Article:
Construction begins on the €1.3bn Square Kilometre Array

Eye on the sky More than 130 Square Kilometre Array dishes will be added to the existing 64 of the SKA-precursor telescope MeerKAT to form a mid-frequency instrument. (Courtesy: South African Radio Astronomy Observatory)

On-site construction for the €1.3bn Square Kilometre Array (SKA) began in Australia and South Africa on 5 December for what will be the world’s largest radio-astronomy infrastructure when complete in 2028. Work began 18 months after the Square Kilometre Array Observatory (SKAO) Council gave the green light for the facility. 

First conceptualized 30 years ago, the SKA project underwent several years of design and engineering work. The SKAO – an intergovernmental organization with 16 partner countries including eight members – will manage the construction and operation of the telescope from its headquarters at Jodrell Bank in the UK.

South Africa will have 133 SKA dishes during this phase, which will be added to the existing 64 that belong to the SKA-precursor telescope – MeerKAT – to form a mid-frequency instrument. Australia will host a low-frequency array of 131,072 antennas, enlarging the area covered by radio frequencies from the two telescopes.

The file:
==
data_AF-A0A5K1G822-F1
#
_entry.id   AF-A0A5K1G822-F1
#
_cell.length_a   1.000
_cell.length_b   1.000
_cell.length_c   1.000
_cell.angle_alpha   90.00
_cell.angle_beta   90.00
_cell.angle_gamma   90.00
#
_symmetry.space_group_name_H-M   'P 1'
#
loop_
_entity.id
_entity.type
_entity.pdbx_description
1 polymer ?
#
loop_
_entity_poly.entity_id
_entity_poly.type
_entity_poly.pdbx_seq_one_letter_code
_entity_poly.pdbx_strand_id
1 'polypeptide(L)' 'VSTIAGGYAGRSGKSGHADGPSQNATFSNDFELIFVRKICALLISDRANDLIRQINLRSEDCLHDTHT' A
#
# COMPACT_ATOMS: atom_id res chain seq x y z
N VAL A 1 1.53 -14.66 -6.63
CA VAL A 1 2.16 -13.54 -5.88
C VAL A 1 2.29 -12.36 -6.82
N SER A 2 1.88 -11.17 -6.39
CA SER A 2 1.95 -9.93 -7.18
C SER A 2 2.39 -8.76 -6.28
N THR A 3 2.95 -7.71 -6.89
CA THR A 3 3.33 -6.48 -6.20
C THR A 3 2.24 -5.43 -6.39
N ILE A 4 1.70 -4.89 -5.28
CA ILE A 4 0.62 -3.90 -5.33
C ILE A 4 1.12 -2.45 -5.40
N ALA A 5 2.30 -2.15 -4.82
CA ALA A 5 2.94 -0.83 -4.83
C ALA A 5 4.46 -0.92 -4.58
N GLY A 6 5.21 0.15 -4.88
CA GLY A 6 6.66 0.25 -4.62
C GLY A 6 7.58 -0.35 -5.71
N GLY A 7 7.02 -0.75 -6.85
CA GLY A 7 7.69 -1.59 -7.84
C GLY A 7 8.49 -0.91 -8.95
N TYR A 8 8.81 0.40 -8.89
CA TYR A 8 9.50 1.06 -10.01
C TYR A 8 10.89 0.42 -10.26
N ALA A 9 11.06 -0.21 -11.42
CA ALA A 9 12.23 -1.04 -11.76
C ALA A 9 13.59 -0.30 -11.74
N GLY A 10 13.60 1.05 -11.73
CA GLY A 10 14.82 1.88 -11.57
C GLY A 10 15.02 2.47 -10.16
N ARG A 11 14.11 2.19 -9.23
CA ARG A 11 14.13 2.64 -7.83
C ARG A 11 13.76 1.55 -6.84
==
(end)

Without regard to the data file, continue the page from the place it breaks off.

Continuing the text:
The first two antenna stations are due to be complete by May 2023, while the first dish is set to be installed in April 2024, followed by three to four dishes each month.

On 5 December an event was held at the site of the SKA-Low telescope in Western Australia, attended by Philip Diamond, SKAO director-general. Meanwhile, SKAO council chair Catherine Cesarsky appeared at a ceremony in South Africa’s Northern Cape province where the SKA-Mid telescope will be built.

So far about €500m has been allocated towards construction, with more than 40 contracts worth more than €150m having been delivered over the past 18 months.

During the ceremony to mark the start of construction, Australia’s minister of science and industry, Ed Husic, along with South Africa’s minister of science and innovation Blade Nzimande jointly announced more than €200m for Australian and South African companies to deliver some of the extensive infrastructure required for the telescopes.  

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